• It could be done (someone else mentioned the cat experiments) but long before you got the resolution of the eye, you'd run into something we used to call the "pincushion problem" -- by the time you've got enough electrodes to capture the information, you no longer have the tissue of interest, you have a pincushion -- and pincushions don't act like normal tissue.

    But let's assume you did it somehow (nanotech, maybe -- everyone knows nanotech can do ANY magic desired). The eye isn't really like a digital cam
  • The way I remember it from biology (which is a stretch at this point ;), each person interprets the information from the cones and rods differently.

    In other words, each picture taken off the optic nerve would be relative to the person who saw it.

    We learn to associate a color with the information we get, but one person might see "red" when a cone is active, another might see "red" when a rod is active.

    If you could tap into the light coming direclty into the eye, maybe, but that is a hardware mod, not a si
    • So does this mean that people who get eyeball or brain transplants are going to see things in weird colors?
      • Or more important, Jahf, does this mean that the color know as "red" could be associated by someone else to what I associate to "green" for example?

        I've been pondering about this for realy some time. I don't know if i'm making myself clear. But in other words, could it be that "my" red = "your" green or other color??
  • in the book cyborg by martin caidin (the book the $6e+6 man was based on) our hero had a camera for an eye instead of the spiffy telephoto ir one he had on tv. he had to pop it out to change the film. today he could just stick a usb cable in his eye. also the bionic woman's ear would have ogg playback capability.

  • Why don't you lay down right here and I'll give it a try? *pulling out a scapel*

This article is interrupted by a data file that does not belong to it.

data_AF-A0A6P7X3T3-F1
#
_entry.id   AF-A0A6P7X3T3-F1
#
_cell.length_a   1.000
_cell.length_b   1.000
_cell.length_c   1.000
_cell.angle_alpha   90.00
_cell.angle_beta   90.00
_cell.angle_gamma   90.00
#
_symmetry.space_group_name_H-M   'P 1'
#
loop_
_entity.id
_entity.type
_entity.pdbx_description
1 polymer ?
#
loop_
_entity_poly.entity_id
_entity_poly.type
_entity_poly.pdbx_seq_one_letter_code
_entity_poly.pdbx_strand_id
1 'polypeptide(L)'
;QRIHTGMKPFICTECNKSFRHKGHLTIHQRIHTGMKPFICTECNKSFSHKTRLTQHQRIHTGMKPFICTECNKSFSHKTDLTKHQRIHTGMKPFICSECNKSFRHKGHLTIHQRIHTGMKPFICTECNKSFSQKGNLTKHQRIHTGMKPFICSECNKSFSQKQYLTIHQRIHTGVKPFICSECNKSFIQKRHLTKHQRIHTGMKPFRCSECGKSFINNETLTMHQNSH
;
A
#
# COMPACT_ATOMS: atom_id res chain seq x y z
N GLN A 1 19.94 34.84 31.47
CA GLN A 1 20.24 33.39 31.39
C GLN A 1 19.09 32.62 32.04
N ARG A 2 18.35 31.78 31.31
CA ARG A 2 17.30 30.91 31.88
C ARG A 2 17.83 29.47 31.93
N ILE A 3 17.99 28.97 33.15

• It is conceivable that eyeglasses could be made, ala- Tom Cruise era Mission Impossible. They wouldn't be the greatest, but you could record what the eyeglass-wearer sees.
  • ...I think whoever cracks this one is going to die richer than Bill Gates. The amount of pictures I'd take on a summer day's walk around town looking at the barely-dressed ladies would necessitate a 20Gb hard disk stuffed up my ass. :-)

    (Of course, doing it with a camera behind some with sunglasses would be a good start.)

    And I'm sure there'd be significant applications in the medical and military fields. I've been thinking how cool this would be for years...

    68K.
  • I would say that only spys, perverts etc. who wanted totally concealed cameras would find that mounting a camera on your glasses wasn't many orders of magnitude better. And slivers of slow glass will be easier for that. ;-)

    Anyhow, technology to do this thru glasses will be needed to enable all the various fabulous things we will do once glasses become a favoured ocmputer interface; HUD overlays, for example, will gain tremendously from knowing what it is you are seeing.

    As Scott Adams puts it, we all want
  • What if someone could intercept those images? Talk about "Being John Malcovich"! That's the last thing I need, someone getting a hold of pictures of me doing obscene things while dressed like Scooby Doo. Talk about humiliating!

The meta-Turing test counts a thing as intelligent if it seeks to devise and apply Turing tests to objects of its own creation. -- Lew Mammel, Jr.